Nonfiction Analysis

Below, you'll find links to resources I've created, adapted, or gathered over the years.

Annotating Nonfiction Texts - PRAW

Step 1: Find Sources

Below you’ll find links to some of my favorite sources for current, high-interest nonfiction content for high school students.

Common Lit | An ever-growing collection of free, teacher-created, research-based, and CCSS-aligned resources supporting reading passages that are thematically and topically organized. This site is great for pairing nonfiction reading selections with core content. [FREE]

AllSides | AllSides curates the news from multiple outlets, and rates them on a right-center-left spectrum. According to their about page, "provides multiple angles on the same story so you can quickly get the full picture, not just one slant." Their selection of news is frequently updated, intuitively categorized, and easily searchable. [FREE]

Kelly Gallagher’s Article of the Week | Mr. Gallagher’s collection of weekly current events are accessible, high interest and thought-provoking. His site boasts an impressive archive dating back to 2008. [FREE]

Newsela | According to the site, “Newsela is an innovative way to build reading comprehension with nonfiction that's always relevant: daily news. It's easy and amazing.” Newsela allows the teacher to assign a common reading assignment, but at one of 5 different reading levels, so every student can access the same content, but at a Lexile that is appropriate for them. The site also allows for annotating, collaborating and tracking. [Freemium] | This Santa Monica-based publicly funded nonprofit outfit seeks to promote "critical thinking, education, and informed citizenship by presenting controversial issues in a straightforward, nonpartisan, primarily pro-con format." [FREE]

Dave Stuart Jr.’s Article of the Week | Inspired by Kelly Gallagher’s AoW site above, Mr. Stuart’s site aims to help teachers “grow more effective and more stable in [their] work with students.” You can also take advantage of a free emailed newsletter curating materials from around the web. [FREE]

DOGO News | Accroding to the site, DOGO, which means "young" or "small" in Swahili, seeks "to [empower] kids to engage with digital media in a fun, safe and social environment," updating news daily to stay current. [Freemium]

Arts & Letters Daily | Owned by The Chronicle of Higher Education, Arts and Letters Daily links to a wide spectrum of high quality, high-interest articles, essays and book reviews. Links are added daily and include a brief preview. [FREE]

The New York Times’ Learning Network | This blog includes a sizable, searchable database of lesson plans, categorized by content areas. Register and you will have free access to up to ten full articles of your choice every month from the New York Times. One notable feature is the “Six Questions About the News” post in which current events are examined through a series of questions. Posts include lesson plans and ideas for lesson plans. [Freemium]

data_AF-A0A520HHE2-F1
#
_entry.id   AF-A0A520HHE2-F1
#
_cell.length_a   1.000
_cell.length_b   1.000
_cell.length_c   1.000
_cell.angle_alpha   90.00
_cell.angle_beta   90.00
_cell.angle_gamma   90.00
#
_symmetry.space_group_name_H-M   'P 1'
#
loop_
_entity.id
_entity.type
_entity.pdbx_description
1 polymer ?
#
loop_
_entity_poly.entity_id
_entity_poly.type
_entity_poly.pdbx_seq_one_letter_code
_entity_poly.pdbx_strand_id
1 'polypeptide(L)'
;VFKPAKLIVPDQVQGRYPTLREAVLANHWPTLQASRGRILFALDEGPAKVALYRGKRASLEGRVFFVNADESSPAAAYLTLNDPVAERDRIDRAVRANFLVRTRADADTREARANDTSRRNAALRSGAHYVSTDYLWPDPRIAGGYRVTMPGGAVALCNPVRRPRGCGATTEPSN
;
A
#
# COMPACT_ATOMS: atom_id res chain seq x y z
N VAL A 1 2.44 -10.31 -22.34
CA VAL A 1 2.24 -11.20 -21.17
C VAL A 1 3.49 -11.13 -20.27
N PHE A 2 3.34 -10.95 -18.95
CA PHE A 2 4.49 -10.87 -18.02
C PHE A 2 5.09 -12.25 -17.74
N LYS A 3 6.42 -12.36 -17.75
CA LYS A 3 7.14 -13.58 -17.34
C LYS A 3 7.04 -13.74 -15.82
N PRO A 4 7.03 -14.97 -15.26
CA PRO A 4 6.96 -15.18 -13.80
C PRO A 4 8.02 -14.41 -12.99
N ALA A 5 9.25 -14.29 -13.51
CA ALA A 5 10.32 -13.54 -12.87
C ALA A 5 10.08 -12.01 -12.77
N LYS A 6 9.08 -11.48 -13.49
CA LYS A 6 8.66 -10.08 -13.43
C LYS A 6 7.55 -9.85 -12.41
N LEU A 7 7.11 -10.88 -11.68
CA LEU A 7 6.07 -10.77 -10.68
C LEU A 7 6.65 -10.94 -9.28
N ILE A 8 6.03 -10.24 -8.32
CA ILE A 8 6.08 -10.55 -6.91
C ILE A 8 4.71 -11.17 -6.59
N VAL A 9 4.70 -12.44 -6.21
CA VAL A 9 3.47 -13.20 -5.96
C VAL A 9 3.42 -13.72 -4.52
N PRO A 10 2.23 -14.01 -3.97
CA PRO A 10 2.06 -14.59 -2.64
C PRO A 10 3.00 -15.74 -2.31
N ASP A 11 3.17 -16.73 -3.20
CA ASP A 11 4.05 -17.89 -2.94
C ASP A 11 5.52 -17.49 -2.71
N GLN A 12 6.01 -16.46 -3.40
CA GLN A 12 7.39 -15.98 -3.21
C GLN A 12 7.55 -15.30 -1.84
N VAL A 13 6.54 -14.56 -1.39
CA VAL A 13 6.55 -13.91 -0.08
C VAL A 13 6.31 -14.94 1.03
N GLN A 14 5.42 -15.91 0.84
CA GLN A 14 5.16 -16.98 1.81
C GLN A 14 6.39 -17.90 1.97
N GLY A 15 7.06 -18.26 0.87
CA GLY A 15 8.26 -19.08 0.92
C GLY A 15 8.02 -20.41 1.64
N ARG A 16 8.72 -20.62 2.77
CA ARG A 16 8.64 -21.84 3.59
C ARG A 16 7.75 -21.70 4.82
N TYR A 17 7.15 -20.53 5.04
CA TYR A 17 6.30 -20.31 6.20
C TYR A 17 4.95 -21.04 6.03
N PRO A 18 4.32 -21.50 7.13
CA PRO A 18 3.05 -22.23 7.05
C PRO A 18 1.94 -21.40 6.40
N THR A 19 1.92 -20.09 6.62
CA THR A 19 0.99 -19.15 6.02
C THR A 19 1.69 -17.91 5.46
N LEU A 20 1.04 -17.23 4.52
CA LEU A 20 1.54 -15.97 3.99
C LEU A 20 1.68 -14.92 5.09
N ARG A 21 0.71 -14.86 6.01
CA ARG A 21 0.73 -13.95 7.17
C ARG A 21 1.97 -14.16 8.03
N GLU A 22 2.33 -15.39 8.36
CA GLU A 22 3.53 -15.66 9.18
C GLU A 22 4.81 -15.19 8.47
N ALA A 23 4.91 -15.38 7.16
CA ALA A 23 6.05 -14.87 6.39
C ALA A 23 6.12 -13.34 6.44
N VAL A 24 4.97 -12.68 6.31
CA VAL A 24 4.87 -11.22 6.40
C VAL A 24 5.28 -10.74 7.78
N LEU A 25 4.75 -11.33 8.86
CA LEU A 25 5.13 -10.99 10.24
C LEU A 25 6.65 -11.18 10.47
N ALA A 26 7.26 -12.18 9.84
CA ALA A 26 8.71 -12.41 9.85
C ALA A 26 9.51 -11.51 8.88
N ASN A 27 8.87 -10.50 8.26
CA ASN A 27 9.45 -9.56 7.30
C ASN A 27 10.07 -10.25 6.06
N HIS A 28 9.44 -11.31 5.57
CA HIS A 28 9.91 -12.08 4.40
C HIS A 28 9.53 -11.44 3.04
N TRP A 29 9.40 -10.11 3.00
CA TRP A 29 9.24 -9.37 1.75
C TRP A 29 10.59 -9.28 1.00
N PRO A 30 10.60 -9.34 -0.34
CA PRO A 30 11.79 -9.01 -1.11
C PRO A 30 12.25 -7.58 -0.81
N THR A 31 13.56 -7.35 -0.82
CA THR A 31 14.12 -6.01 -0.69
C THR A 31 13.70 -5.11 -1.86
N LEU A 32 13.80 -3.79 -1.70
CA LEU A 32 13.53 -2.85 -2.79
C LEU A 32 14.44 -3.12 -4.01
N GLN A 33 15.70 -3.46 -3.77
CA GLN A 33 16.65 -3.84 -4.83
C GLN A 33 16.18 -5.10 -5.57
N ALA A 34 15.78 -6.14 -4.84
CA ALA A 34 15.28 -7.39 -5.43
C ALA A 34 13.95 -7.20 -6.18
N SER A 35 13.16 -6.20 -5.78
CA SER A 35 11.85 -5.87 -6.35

Kids Post | Powered by The Washington Post, this news site caters to a younger audience by curating high interest current events to including related activities and games. [Freemium]

The Directory of Open Access Journals |The name says it all. In their own words, “The aim of the DOAJ is to increase the visibility and ease of use of open access scientific and scholarly journals, thereby promoting their increased usage and impact. The DOAJ aims to be comprehensive and cover all open access scientific and scholarly journals that use a quality control system to guarantee the content.” [FREE]

AVID Weekly | AVID Weekly collects articles from the Washington Post/Bloomberg News and McClatchy-Tribune news services and sorts them for you by publication month, level of difficulty, content area, and adaptability to specific AVID reading strategies. Contact your site’s AVID coordinator or a generous AVID elective instructor for access to this site. All documents, including lesson plans and reading strategy resources are both available online and in pdf form. [Access for AVID programs only]

Georgia Department of Education’s Lexile Framework for Reading in Action | The state of Georgia has compiled a peachy (get it?) database of informational texts categorized by content area (Social Science, Science, Mathematics, and Career, and Technical and Agricultural Education), grade level and Lexile. It is accessible without login credentials . [FREE]

Delancey Place | According to the site: "Delanceyplace is very simply a brief daily email with an excerpt or quote we view as interesting or noteworthy, offered with commentary to provide context. There is no theme, except that most excerpts will come from a non-fiction work, mainly works of history, and we hope will have a more universal relevance than simply the subject of the book from which they came." [FREE]

Indian Country Today | According to their site: "Indian Country Today is an independent nonprofit, multimedia news enterprise... [covering] the Indigenous world, including American Indians and Alaska Natives." [FREE]

Step 2: Give the students a structured PRAW-cess

Below you’ll find a video explaining how I used the process as well as related handouts.

Questions or comments? Contact me.